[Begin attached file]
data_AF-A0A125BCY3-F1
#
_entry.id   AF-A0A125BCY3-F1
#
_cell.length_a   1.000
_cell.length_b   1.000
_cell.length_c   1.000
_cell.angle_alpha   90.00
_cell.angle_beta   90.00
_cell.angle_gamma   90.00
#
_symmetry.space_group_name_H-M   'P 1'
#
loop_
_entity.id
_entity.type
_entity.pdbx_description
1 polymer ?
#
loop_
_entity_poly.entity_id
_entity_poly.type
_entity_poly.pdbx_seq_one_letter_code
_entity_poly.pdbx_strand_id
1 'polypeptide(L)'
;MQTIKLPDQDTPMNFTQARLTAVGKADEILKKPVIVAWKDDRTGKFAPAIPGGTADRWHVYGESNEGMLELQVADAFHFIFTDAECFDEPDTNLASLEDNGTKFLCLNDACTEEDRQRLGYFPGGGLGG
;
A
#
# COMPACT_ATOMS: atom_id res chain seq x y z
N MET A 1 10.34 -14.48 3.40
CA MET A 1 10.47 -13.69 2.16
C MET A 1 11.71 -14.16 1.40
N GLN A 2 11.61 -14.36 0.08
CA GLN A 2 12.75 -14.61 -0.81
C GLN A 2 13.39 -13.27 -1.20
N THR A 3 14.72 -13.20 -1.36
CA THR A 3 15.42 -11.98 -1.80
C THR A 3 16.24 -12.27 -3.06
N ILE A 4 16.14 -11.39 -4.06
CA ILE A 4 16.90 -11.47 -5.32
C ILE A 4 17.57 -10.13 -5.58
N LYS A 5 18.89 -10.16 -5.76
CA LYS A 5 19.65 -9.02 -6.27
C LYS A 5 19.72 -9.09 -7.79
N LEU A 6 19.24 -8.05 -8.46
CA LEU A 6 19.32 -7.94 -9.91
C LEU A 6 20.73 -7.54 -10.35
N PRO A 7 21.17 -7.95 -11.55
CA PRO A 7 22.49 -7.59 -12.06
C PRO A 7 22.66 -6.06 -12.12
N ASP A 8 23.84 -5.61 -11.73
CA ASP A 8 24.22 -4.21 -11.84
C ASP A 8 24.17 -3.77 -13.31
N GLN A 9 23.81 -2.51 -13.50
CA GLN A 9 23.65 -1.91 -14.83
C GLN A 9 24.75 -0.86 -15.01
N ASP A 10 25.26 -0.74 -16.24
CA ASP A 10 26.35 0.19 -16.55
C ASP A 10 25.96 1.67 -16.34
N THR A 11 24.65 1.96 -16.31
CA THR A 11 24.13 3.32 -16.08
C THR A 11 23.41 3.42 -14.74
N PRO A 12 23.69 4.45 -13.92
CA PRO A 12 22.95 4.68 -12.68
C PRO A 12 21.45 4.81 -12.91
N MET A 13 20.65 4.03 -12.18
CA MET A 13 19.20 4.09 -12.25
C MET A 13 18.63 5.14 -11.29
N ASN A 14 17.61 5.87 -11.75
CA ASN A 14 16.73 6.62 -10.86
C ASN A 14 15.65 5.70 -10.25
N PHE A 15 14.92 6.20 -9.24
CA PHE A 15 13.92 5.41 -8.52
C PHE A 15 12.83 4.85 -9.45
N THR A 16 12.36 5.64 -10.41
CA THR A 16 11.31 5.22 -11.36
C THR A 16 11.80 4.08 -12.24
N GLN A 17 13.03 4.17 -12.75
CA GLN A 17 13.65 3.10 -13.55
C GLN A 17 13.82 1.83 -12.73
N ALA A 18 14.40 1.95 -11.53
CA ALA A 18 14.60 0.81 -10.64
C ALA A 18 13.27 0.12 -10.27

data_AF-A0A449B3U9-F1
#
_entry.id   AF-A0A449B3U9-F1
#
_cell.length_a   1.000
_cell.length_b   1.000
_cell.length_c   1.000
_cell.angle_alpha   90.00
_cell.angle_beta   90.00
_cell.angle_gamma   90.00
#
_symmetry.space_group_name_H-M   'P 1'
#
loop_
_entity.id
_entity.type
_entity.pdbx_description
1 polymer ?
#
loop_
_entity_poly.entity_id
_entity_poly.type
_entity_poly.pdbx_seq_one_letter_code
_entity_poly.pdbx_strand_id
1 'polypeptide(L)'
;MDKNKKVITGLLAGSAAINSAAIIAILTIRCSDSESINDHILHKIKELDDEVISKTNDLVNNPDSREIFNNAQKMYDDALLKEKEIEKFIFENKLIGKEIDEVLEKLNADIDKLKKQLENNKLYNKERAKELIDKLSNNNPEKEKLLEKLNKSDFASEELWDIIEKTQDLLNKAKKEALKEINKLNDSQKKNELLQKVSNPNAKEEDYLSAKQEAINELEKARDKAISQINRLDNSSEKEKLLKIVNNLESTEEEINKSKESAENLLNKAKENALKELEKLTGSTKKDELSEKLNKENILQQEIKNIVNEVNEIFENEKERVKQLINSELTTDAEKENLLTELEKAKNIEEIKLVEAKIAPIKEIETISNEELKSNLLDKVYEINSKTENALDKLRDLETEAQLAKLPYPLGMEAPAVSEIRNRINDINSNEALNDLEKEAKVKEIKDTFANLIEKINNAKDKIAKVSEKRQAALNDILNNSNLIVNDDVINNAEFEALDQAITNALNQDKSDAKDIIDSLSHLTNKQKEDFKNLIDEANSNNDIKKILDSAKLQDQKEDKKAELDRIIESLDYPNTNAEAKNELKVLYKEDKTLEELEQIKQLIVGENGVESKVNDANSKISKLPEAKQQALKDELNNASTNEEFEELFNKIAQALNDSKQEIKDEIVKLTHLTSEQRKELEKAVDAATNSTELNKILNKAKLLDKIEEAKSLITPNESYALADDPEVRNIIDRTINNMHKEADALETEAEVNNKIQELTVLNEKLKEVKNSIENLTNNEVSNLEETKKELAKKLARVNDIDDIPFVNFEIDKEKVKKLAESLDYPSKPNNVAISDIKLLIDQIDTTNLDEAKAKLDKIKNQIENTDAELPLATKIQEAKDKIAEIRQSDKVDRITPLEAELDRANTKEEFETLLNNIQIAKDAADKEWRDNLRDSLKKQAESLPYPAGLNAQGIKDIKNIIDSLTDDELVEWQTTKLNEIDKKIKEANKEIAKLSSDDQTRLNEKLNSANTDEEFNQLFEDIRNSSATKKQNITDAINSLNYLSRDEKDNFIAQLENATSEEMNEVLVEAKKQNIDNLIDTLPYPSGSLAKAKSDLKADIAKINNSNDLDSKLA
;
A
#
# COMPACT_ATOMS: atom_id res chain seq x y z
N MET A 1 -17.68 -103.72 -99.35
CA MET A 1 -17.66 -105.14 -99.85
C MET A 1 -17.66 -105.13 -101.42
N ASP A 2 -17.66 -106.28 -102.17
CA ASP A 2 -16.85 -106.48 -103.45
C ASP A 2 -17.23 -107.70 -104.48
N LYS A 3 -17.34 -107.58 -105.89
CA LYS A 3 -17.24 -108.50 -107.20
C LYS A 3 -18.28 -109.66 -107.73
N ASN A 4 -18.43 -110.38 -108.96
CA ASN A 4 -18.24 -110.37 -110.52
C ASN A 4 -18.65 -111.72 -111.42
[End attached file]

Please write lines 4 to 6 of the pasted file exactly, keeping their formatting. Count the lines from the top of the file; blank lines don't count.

#
_cell.length_a   1.000
_cell.length_b   1.000